Boy… gotta tell ya… not much out there to write about this time of the year.
There is a ‘sell the team billboard’ going around on the internet – check it out and join in if you want to participate.
I hate the posting system that is used in both the Japanese and Korean baseball. At the same time, it might be a way to start rebuilding the baseball infrastructure on the island of Cuba.
Let’s face it… it’s going to take some time for our country to life all the sanctions against this country, but it will happen if for no other reasons that corporations are licking their chops to get down there are start rebuilding anything and everything.
Every team down there could use a new baseball stadium with all the full amenities that go along with a professional operation. I haven’t worked out in my mind where the 16-year old kids like the Dominican and Venezuela would filter in. You just can’t incorporate them into the current DSL/VSL teams because you would rob all the Cuban teams of their talented youth.
But what you could do until you figure this all out is develop a posting system for the established players and all those monies would go to the team that specific player players for, to be exclusively used on stadium development.
It’s a thought.
I think it was Hobie that asked about the Trea Turner trade and how that could be pulled off if he wasn’t even eligible yet for a trade… here’s a good explanation from Baseball America[i] on how all this works, including another trade involving the Mets -
And ever since baseball teams have worked on ways to skirt the rule, including in 1997 when the Mets loaned righthanded pitcher Andy Zwirchitz to the Braves, who assigned him to high Class A Durham. In June of that season it was announced that the Braves had accepted Zwirchitz as the player to be named later in the trade that sent Paul Byrd to the Mets for Greg McMichael.
Zwirchitz, however, wasn’t a prime prospect, like Turner, and no was paid to what happened. Zwirchitz was a 22nd-round draft-and-follow, and after that one season with the Braves he was released and spent the rest of his career pitching in independent leagues.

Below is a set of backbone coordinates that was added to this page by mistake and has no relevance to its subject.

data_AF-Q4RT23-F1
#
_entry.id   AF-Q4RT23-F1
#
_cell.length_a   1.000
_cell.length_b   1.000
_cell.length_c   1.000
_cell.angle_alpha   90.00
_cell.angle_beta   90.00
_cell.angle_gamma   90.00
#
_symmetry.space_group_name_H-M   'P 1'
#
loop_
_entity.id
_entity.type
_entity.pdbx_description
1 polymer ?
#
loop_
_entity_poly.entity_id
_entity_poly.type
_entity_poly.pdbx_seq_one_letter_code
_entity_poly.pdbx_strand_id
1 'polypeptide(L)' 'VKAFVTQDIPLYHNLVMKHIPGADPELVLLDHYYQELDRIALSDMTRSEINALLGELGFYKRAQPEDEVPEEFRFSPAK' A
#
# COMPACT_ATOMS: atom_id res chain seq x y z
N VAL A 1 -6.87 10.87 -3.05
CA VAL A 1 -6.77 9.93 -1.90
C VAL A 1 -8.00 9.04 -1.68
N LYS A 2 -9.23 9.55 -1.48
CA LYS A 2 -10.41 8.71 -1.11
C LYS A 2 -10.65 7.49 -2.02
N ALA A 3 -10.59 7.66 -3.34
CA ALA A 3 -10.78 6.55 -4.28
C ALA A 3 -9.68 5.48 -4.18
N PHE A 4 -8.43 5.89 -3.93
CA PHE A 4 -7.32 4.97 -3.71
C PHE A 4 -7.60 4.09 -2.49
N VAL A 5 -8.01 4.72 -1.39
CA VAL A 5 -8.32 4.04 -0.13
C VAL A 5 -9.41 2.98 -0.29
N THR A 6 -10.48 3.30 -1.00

[ii]Fangraphs had a very interesting story today on how each team builds their team. It shows a graph which clearly states that the Mets have more home grown players on their 40-man roster (27) than any team in baseball (I will post up the chart this weekend)
Compare that to the 27 homegrown players on the New York Mets’ 40-man roster, and the differences in organizational philosophies become readily apparent. The organizational ladder for the Mets dates all the way back to 2001 when franchise-favorite David Wright was drafted in the first round. Jon Niese and Bobby Parnell were both drafted in 2005, Juan Lagares, Daniel Murphy and Ruben Tejeda followed in 2006, and a whole host of current 40-manners came in 2007, including starters Jenrry Mejia, Lucas Duda, Dillon Gee, Jeurys Familia and Wilmer Flores.
It’s interesting because the Mets have been undergoing something of a rebuilding process over the last several years, which could help explain their stockpiling of homegrown players. They trust their draft selections, and so they want to see them pan out. At the same time, the other end of the spectrum includes the A’s — who are constantly in some state of rebuild despite whether or not they’re competing — and the Astros, who have been undergoing one of baseball’s most known rebuilds, despite having just nine homegrown players on their current 40-man roster. It just goes to show that there’s no one way to run an organization, and there’s not even one way to rebuild.